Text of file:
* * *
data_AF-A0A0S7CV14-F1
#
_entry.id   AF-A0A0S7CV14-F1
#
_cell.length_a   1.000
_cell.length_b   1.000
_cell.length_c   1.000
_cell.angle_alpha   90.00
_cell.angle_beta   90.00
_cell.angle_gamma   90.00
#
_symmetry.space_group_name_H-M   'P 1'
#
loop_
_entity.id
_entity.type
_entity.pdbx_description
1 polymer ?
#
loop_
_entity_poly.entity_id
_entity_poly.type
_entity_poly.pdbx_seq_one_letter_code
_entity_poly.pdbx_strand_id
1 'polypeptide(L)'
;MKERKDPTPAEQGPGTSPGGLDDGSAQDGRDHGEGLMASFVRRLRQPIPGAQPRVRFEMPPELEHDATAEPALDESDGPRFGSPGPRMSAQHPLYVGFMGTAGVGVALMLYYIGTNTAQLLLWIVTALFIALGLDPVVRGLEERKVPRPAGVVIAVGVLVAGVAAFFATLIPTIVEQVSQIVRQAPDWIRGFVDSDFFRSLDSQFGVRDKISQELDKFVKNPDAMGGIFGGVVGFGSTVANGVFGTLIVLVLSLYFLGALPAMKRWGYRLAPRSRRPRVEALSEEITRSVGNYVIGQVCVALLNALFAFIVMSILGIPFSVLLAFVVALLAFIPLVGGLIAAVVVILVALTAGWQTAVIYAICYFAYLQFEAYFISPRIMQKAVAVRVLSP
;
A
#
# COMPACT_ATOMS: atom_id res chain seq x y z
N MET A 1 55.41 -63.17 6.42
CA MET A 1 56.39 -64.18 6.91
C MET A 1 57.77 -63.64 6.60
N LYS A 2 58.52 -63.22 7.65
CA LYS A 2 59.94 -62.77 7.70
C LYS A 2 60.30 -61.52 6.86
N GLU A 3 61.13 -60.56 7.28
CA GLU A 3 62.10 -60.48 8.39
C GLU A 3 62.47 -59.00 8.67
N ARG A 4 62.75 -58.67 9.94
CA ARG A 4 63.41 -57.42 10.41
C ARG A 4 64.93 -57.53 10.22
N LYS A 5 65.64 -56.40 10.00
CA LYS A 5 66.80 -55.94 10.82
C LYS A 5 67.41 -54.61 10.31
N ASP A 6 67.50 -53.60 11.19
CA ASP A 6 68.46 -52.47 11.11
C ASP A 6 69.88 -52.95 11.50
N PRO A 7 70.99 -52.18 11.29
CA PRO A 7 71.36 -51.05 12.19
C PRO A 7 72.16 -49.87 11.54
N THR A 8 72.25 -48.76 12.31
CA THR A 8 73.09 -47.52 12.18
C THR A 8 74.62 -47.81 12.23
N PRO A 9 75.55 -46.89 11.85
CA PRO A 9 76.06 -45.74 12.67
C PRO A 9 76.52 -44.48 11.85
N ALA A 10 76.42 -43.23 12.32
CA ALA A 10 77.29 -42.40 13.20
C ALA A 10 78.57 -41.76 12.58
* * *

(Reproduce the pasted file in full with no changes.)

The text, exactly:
data_AF-A0A0S7CV14-F1
#
_entry.id   AF-A0A0S7CV14-F1
#
_cell.length_a   1.000
_cell.length_b   1.000
_cell.length_c   1.000
_cell.angle_alpha   90.00
_cell.angle_beta   90.00
_cell.angle_gamma   90.00
#
_symmetry.space_group_name_H-M   'P 1'
#
loop_
_entity.id
_entity.type
_entity.pdbx_description
1 polymer ?
#
loop_
_entity_poly.entity_id
_entity_poly.type
_entity_poly.pdbx_seq_one_letter_code
_entity_poly.pdbx_strand_id
1 'polypeptide(L)'
;MKERKDPTPAEQGPGTSPGGLDDGSAQDGRDHGEGLMASFVRRLRQPIPGAQPRVRFEMPPELEHDATAEPALDESDGPRFGSPGPRMSAQHPLYVGFMGTAGVGVALMLYYIGTNTAQLLLWIVTALFIALGLDPVVRGLEERKVPRPAGVVIAVGVLVAGVAAFFATLIPTIVEQVSQIVRQAPDWIRGFVDSDFFRSLDSQFGVRDKISQELDKFVKNPDAMGGIFGGVVGFGSTVANGVFGTLIVLVLSLYFLGALPAMKRWGYRLAPRSRRPRVEALSEEITRSVGNYVIGQVCVALLNALFAFIVMSILGIPFSVLLAFVVALLAFIPLVGGLIAAVVVILVALTAGWQTAVIYAICYFAYLQFEAYFISPRIMQKAVAVRVLSP
;
A
#
# COMPACT_ATOMS: atom_id res chain seq x y z
N MET A 1 55.41 -63.17 6.42
CA MET A 1 56.39 -64.18 6.91
C MET A 1 57.77 -63.64 6.60
N LYS A 2 58.52 -63.22 7.65
CA LYS A 2 59.94 -62.77 7.70
C LYS A 2 60.30 -61.52 6.86
N GLU A 3 61.13 -60.56 7.28
CA GLU A 3 62.10 -60.48 8.39
C GLU A 3 62.47 -59.00 8.67
N ARG A 4 62.75 -58.67 9.94
CA ARG A 4 63.41 -57.42 10.41
C ARG A 4 64.93 -57.53 10.22
N LYS A 5 65.64 -56.40 10.00
CA LYS A 5 66.80 -55.94 10.82
C LYS A 5 67.41 -54.61 10.31
N ASP A 6 67.50 -53.60 11.19
CA ASP A 6 68.46 -52.47 11.11
C ASP A 6 69.88 -52.95 11.50
N PRO A 7 70.99 -52.18 11.29
CA PRO A 7 71.36 -51.05 12.19
C PRO A 7 72.16 -49.87 11.54
N THR A 8 72.25 -48.76 12.31
CA THR A 8 73.09 -47.52 12.18
C THR A 8 74.62 -47.81 12.23
N PRO A 9 75.55 -46.89 11.85
CA PRO A 9 76.06 -45.74 12.67
C PRO A 9 76.52 -44.48 11.85
N ALA A 10 76.42 -43.23 12.32
CA ALA A 10 77.29 -42.40 13.20
C ALA A 10 78.57 -41.76 12.58